Some high-quality brands distribute exclusively to local, independent retailers like Kitchen Outfitters. Other brands, like Oxo, are found at big-box retailers but distribute a higher-grade product line to independent retailers.
Keenly aware of what’s available at big-box stores, Behrens puts careful thought into pricing goods competitively – even compared with online outfits.

“It’s funny, because I’ll have people take pictures of something, and I’ll ask, ‘Are you taking that to see if it’s cheaper on Amazon?’” Behrens says. “They’ll turn red, and I’m like, ‘It’s OK. I can promise you my price is similar to Amazon on this product.’”

Prior to launching Kitchen Outfitters in 2013, Behrens had experienced retail only through some high school jobs and a stint as a barista. Though she’d also worked as a legal secretary and in college human resources before raising her family, Behrens has learned plenty of new tricks on the job. She also credits her suppliers for coaching her, in the early days. Sales reps provided Behrens with many strategies for successful retail, she says.

Behrens’ husband, John, a local architect, did his part in transforming the downtown storefront from an empty box into a warm and inviting store, with red walls, warm wood flooring and white hanging racks. Through his connections, the Behrenses found help building a second-story loft and installing warm pendant lights.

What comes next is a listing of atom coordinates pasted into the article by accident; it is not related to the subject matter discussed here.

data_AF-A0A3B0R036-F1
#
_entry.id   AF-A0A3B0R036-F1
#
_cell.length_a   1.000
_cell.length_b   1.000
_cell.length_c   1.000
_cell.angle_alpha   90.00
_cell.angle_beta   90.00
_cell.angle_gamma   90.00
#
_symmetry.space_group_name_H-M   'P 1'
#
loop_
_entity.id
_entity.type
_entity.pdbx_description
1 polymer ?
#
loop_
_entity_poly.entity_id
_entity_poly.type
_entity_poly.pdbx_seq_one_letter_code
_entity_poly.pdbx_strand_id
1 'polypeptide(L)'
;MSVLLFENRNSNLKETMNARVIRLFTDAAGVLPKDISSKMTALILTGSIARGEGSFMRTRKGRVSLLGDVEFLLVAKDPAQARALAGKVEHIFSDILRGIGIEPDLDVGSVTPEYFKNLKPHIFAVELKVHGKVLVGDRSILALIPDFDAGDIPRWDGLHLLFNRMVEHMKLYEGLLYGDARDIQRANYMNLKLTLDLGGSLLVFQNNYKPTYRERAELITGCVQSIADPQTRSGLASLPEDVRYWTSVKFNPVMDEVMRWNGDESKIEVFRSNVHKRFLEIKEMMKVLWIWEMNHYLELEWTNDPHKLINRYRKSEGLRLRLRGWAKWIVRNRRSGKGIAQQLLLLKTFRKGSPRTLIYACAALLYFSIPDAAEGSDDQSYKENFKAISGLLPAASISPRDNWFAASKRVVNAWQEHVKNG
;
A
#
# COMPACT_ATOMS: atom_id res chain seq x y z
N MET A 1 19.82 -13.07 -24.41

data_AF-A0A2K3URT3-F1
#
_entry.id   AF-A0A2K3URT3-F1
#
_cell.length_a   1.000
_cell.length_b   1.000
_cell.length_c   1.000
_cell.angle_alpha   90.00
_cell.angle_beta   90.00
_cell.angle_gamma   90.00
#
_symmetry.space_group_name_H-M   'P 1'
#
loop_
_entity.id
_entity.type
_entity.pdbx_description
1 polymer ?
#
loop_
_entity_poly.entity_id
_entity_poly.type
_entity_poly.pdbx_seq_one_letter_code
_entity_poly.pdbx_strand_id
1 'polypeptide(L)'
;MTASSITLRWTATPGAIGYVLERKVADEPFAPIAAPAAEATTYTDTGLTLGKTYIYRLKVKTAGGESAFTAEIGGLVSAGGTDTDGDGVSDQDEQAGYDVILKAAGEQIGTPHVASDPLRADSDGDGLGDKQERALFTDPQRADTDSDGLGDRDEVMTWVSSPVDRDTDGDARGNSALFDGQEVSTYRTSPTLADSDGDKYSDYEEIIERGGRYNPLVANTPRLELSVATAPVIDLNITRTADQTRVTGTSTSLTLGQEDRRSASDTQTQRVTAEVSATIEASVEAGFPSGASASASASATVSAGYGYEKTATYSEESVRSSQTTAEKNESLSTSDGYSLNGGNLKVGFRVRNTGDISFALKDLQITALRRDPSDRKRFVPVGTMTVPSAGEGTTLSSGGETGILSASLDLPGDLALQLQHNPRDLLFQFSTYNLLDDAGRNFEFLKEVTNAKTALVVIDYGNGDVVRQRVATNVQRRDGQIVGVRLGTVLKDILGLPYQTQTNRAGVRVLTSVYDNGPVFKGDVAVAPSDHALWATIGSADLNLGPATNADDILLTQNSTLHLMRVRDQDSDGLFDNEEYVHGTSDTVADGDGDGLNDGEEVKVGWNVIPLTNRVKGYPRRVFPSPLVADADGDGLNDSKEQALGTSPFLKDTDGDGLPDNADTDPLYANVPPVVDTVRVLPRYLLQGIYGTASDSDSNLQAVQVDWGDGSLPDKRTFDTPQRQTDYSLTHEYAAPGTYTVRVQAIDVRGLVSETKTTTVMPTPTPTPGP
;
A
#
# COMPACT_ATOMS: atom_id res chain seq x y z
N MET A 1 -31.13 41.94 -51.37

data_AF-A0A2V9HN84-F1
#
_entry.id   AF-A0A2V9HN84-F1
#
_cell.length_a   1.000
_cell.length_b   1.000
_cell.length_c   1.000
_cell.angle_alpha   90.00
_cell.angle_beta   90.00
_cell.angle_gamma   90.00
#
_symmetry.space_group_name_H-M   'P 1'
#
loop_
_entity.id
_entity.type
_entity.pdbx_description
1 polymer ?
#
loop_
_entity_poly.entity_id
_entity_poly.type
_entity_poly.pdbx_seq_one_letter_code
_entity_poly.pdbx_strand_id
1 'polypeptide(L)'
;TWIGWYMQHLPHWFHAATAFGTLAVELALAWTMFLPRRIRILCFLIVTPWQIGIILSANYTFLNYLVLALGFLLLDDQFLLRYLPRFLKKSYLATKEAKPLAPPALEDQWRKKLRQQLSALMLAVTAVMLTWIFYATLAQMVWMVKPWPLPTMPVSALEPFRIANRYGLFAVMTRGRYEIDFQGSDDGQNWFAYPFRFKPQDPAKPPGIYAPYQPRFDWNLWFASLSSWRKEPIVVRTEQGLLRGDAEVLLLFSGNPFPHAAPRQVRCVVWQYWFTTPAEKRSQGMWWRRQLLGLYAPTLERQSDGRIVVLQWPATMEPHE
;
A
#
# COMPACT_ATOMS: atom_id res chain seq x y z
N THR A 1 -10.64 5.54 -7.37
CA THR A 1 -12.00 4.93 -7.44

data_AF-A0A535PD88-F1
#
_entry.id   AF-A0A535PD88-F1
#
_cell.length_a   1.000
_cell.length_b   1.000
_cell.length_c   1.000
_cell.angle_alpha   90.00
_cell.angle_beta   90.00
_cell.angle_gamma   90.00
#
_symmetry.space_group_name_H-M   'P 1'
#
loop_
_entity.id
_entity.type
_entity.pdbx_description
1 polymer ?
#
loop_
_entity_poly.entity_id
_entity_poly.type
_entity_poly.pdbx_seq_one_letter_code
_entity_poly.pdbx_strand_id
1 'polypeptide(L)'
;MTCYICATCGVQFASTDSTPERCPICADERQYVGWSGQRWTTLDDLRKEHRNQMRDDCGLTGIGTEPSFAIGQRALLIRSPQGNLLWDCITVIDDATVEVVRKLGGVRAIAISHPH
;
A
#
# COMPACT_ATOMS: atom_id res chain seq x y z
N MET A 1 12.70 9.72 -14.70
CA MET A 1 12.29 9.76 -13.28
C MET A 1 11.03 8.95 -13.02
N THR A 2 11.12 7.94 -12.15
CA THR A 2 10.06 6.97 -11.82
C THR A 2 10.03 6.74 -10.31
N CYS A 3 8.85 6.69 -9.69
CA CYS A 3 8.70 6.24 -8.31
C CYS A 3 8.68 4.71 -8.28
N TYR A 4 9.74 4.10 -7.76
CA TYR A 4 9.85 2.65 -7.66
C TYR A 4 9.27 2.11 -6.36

Behrens learned pretty quickly that owning a business can be just as consuming as parenting.

“Now that we’re at three years, I’m learning I have to leave the store here and there, to take a day off,” she says. “Recently, I took a week off and went out west to visit one of my daughters. That’s something I didn’t expect at first, was the long hours and bringing things home to work on, and keeping up with the inventory. And the bookkeeping – that’s hard work.”

Behrens finds she can also rely on her children for consumer insights, new tricks, and keeping up on small things. After all, her family members work alongside her at the store.

“One of my New Year’s resolutions for next year is to make monthly visits and updates to my website,” Behrens says. “It’s so hard to do because it’s part of that time crunch. I’ve gotten better with Facebook and Instagram. I may hire one of my daughters to help, though. They’re great for that. It’s just so hard to find the time to do it all.”

Whenever she lands in unfamiliar territory, Behrens finds she can rely on a ready network of other downtown business owners. She’s made good friends with retailers like Lori McConville, who owns Marvin’s Toy Store next door, Stephanie Ormsby, who owns Wear Did U Get That boutique next door, and Mary Batson, who owns Out of the Box, a gift shop across the street.